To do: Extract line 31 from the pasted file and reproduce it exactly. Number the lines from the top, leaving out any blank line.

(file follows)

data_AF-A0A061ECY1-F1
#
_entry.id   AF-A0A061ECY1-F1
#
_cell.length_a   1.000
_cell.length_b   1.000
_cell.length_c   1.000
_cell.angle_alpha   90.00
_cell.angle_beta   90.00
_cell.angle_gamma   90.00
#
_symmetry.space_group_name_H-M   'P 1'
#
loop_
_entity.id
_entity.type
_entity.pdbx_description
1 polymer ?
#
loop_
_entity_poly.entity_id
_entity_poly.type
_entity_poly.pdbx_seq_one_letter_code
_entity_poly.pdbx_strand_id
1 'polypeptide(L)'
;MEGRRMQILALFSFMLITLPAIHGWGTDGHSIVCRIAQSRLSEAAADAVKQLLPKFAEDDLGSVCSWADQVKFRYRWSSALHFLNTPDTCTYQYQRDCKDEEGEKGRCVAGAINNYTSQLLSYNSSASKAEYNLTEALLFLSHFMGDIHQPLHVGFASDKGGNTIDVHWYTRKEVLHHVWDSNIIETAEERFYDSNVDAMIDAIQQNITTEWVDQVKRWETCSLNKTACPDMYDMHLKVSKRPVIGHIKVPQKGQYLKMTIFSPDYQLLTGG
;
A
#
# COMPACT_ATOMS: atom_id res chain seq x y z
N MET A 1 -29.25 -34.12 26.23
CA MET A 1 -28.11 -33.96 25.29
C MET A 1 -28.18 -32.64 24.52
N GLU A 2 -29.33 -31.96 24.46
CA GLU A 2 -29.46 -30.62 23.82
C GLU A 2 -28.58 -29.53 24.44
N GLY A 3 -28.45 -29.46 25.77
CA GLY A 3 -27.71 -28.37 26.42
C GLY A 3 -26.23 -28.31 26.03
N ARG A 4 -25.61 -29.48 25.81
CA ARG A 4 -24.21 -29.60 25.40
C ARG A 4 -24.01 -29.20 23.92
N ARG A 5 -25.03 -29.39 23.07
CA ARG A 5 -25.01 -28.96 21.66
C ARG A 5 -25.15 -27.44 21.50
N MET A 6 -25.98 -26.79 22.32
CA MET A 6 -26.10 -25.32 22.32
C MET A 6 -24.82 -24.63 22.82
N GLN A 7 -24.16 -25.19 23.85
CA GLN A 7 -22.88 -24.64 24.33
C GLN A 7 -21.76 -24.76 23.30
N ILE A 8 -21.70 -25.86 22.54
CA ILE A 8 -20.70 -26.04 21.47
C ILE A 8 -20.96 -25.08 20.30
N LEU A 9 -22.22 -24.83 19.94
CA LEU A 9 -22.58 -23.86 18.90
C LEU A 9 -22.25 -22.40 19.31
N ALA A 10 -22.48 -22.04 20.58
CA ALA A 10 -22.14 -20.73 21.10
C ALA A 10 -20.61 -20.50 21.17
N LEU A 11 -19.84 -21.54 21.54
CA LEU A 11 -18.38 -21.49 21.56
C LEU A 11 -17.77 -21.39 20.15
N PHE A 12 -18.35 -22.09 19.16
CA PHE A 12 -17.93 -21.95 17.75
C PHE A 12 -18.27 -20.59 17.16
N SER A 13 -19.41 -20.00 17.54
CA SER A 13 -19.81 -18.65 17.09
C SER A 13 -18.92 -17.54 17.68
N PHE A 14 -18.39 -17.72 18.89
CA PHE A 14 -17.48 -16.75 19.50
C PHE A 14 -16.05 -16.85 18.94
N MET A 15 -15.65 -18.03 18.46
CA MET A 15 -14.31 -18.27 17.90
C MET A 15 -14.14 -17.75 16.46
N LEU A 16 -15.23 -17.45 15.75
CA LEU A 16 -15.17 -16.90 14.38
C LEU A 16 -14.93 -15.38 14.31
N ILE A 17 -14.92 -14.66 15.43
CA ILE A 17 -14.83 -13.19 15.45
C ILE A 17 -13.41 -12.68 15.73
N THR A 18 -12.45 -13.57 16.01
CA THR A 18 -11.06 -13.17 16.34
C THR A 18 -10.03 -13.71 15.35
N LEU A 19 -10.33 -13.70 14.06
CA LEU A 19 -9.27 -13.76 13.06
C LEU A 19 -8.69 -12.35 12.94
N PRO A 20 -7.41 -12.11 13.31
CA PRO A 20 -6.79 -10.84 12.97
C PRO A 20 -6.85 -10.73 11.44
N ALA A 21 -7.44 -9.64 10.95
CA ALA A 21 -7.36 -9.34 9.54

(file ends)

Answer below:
N MET A 1 -29.25 -34.12 26.23